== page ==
The Heartbreaking Story Behind The Guinness Record Holder For The World's Longest Nose

Some say that the beauty of the human species is in our diversity. However, it has often been the case in history that society spurns those of us who look different. One only needs to read the terrible tales of Joseph Merrick (per BBC News) or Mary Ann Bevan (per All That's Interesting) to discover classic case studies of how cruel society can be. One especially heart-breaking, though mostly forgotten, story is that of Thomas Wedders, who holds the Guinness record for the world's longest nose. 

Although the finer details of Wedders' life are scarce to come by, we do know a few essential elements concerning his life's path. Born in 1730, in Yorkshire, England, Thomas Wedders (sometimes known as Wadhouse) was a relatively famous circus performer in his day. Although much of his life remains shrouded in mystery, he is renowned for his nose, which grew to an astonishing 7.5 inches in length (via Economic Times).

Wedders' unique appearance marked him for a life filled with ridicule, scorn, and condescension. After all, Yale Books draws an intriguing parallel between 18th-century beauty standards and social strata. Noses were frequently used to symbolize social classes, religion, and virility. These arbitrary beauty standards were often cherry-picked to promote elitist, often racist, beauty ideals, whilst simultaneously being used to demote or demonize anyone who didn't fit in.

With that in mind, here is what we know about Thomas Wedders' enigmatic, tragic life. 

Nobody nose the trouble I've seen

Anyone familiar with Joni Mitchell's beautiful poem about fame, ”The Fishbowl,” might find it contains a rather apt parallel to the life of Thomas Wedders. For those unaware, the poem presents the profound metaphor of fame as a glimmering goldfish behind glass. When all the 'ordinary' fish from the crowd comes close to gaze at the goldfish, their breath clouds the glass, and the beauty of the goldfish is lost forever.

Similarly, Thomas Wedders' holds a similar tragic fatalism to it. Wandering around working-class Yorkshire in the early 18th century with a 7.5 inch nose, Wedders stuck out like a sore thumb (per the book ''Anomalies and Curiosities of Medicine” by George Gould and Walter Pyle). Naturally, it was just a matter of time before Wedders' unique feature piqued the curiosity of the wider community — not to mention that there were probably plenty of physicians and medical researchers who would be too keen to turn Wedders into a walking, talking case study.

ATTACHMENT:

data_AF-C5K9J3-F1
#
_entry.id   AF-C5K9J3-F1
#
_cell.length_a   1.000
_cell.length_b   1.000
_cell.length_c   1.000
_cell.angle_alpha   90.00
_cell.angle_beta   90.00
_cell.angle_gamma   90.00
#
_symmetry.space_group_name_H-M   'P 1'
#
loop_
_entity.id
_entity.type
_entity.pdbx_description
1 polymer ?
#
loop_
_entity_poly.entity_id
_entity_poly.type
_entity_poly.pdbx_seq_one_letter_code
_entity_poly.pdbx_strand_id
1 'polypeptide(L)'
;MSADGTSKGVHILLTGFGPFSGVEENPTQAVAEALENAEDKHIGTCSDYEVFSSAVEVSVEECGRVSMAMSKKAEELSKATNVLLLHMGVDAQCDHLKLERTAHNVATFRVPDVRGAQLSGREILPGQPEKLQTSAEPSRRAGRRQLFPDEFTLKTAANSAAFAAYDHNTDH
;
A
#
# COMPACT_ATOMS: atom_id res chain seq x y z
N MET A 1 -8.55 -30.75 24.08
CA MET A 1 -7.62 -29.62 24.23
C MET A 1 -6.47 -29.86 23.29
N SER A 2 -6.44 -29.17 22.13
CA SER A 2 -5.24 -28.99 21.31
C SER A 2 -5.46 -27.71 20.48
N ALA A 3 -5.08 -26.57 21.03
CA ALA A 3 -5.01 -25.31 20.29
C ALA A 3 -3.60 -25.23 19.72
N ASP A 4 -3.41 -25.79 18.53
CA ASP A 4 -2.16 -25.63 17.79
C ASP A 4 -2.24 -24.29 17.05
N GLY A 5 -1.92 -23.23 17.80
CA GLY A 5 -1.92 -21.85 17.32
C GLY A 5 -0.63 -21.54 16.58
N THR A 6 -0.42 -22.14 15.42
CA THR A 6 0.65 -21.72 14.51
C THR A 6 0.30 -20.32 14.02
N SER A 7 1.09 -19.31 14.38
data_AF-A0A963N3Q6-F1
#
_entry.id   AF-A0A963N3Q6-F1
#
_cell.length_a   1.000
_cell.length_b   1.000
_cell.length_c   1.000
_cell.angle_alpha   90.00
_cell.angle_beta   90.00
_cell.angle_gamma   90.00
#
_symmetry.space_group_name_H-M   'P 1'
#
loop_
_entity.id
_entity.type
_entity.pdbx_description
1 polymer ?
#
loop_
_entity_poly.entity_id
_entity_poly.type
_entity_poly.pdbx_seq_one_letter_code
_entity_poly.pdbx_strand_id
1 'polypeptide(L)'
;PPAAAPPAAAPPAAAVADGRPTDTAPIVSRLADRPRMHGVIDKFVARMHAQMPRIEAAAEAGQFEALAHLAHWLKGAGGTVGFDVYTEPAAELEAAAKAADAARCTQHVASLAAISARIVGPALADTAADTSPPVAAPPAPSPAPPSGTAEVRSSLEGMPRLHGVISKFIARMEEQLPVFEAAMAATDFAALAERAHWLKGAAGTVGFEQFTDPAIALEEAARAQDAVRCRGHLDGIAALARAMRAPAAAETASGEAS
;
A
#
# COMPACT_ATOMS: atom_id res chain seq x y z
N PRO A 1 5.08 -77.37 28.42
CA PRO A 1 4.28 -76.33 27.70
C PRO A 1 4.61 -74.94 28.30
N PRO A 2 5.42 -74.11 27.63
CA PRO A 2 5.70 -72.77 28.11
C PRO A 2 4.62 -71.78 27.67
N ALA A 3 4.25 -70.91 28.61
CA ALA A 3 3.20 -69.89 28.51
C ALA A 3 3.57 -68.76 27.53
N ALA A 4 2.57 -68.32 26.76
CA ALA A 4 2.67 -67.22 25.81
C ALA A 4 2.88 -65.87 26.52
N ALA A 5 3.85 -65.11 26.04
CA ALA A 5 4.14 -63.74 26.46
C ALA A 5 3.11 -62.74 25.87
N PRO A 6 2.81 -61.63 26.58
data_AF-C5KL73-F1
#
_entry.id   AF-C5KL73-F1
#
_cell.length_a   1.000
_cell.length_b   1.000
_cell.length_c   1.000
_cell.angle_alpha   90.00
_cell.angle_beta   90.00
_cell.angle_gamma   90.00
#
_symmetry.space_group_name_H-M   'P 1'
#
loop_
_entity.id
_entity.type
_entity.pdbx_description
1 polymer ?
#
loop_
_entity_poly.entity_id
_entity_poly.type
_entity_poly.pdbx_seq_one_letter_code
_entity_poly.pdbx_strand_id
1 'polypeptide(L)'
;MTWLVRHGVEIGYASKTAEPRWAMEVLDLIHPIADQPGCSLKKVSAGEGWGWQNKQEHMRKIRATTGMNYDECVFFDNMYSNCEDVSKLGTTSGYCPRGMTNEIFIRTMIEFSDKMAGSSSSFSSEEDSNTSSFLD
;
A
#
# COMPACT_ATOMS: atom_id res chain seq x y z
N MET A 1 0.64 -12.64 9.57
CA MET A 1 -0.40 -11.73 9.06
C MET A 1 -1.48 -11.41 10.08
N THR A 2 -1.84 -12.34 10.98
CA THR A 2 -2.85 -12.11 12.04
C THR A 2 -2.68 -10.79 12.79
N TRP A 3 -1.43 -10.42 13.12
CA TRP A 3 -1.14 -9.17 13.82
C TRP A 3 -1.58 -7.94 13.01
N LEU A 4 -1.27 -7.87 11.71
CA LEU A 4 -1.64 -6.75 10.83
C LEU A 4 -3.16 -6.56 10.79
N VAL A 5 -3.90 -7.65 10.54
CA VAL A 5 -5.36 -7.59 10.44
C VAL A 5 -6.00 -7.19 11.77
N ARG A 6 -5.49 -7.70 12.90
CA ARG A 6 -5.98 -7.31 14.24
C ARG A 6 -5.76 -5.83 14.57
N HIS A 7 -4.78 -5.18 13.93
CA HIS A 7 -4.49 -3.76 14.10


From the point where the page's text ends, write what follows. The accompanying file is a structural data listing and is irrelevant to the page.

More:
Although records of his life are few and far between, Wedders is mentioned in "The Strand Magazine Vol XI," published more than a century later in 1896. In this short feature, Wedder is cruelly mocked by implying that Wedders' had below-average intelligence. Here is just one malicious choice excerpt: ”Either his chin was too weak or his brow too low, or Nature had so exhausted herself in the task of giving this prodigy a nose as to altogether forget to endow him with brains; or perhaps, the nose crowded out this latter commodity.”

Nobody nose my sorrows

Despite society's contempt for and severe condemnation of Wedders, he built a career from his unique nose. Wedders was a circus performer in what Guinness World Records describes as a "travelling [sic.] freak circus." This occupation was sometimes the only option for people with unusual features, such as Wedders. They were forced to participate in these shows since it was one of the only avenues of income available to such outcasts in mid-18th century England (via The Lancet).

Experts were never able to pinpoint what caused his unique nose size. Wedders was posthumously awarded the Guinness World Records' title of "World's Longest Nose" after his death, a title he currently holds. In the modern day, however, a strange fate befalls poor Thomas Wedders. 

Today, situated in London's very own Piccadilly Circus, lies Ripley's Believe It or Not Odditorium. If you pay the price of admission, you can find a wax bust of Thomas Wedders. Even in death, throngs of people are still queueing up to look upon Thomas Wedders' nose.